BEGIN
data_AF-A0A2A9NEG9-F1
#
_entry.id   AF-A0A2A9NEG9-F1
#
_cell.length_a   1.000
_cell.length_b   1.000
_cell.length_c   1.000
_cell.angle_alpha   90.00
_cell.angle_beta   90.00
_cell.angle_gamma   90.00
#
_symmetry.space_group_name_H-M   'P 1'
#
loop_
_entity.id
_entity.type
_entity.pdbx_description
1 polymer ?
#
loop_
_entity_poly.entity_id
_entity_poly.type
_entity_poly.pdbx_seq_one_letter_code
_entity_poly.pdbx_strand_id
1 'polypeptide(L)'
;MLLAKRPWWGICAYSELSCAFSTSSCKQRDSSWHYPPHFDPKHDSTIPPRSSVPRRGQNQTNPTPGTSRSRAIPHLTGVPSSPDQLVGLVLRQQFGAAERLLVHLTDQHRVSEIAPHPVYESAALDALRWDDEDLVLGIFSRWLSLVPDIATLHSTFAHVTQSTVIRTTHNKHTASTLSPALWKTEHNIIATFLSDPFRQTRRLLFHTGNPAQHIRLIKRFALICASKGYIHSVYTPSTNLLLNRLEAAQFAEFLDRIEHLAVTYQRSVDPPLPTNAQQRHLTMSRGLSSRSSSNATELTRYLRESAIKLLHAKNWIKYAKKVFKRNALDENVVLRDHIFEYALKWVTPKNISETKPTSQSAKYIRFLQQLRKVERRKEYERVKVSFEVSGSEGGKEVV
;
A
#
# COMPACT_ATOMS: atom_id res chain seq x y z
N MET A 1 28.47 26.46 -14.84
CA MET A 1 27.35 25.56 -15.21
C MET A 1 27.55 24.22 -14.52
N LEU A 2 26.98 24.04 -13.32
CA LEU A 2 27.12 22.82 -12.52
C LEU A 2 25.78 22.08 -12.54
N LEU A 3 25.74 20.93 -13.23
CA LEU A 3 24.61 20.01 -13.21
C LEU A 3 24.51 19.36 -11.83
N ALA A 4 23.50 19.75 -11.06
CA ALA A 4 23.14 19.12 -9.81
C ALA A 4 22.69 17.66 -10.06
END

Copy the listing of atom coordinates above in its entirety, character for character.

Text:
data_AF-A0A2A9NEG9-F1
#
_entry.id   AF-A0A2A9NEG9-F1
#
_cell.length_a   1.000
_cell.length_b   1.000
_cell.length_c   1.000
_cell.angle_alpha   90.00
_cell.angle_beta   90.00
_cell.angle_gamma   90.00
#
_symmetry.space_group_name_H-M   'P 1'
#
loop_
_entity.id
_entity.type
_entity.pdbx_description
1 polymer ?
#
loop_
_entity_poly.entity_id
_entity_poly.type
_entity_poly.pdbx_seq_one_letter_code
_entity_poly.pdbx_strand_id
1 'polypeptide(L)'
;MLLAKRPWWGICAYSELSCAFSTSSCKQRDSSWHYPPHFDPKHDSTIPPRSSVPRRGQNQTNPTPGTSRSRAIPHLTGVPSSPDQLVGLVLRQQFGAAERLLVHLTDQHRVSEIAPHPVYESAALDALRWDDEDLVLGIFSRWLSLVPDIATLHSTFAHVTQSTVIRTTHNKHTASTLSPALWKTEHNIIATFLSDPFRQTRRLLFHTGNPAQHIRLIKRFALICASKGYIHSVYTPSTNLLLNRLEAAQFAEFLDRIEHLAVTYQRSVDPPLPTNAQQRHLTMSRGLSSRSSSNATELTRYLRESAIKLLHAKNWIKYAKKVFKRNALDENVVLRDHIFEYALKWVTPKNISETKPTSQSAKYIRFLQQLRKVERRKEYERVKVSFEVSGSEGGKEVV
;
A
#
# COMPACT_ATOMS: atom_id res chain seq x y z
N MET A 1 28.47 26.46 -14.84
CA MET A 1 27.35 25.56 -15.21
C MET A 1 27.55 24.22 -14.52
N LEU A 2 26.98 24.04 -13.32
CA LEU A 2 27.12 22.82 -12.52
C LEU A 2 25.78 22.08 -12.54
N LEU A 3 25.74 20.93 -13.23
CA LEU A 3 24.61 20.01 -13.21
C LEU A 3 24.51 19.36 -11.83
N ALA A 4 23.50 19.75 -11.06
CA ALA A 4 23.14 19.12 -9.81
C ALA A 4 22.69 17.66 -10.06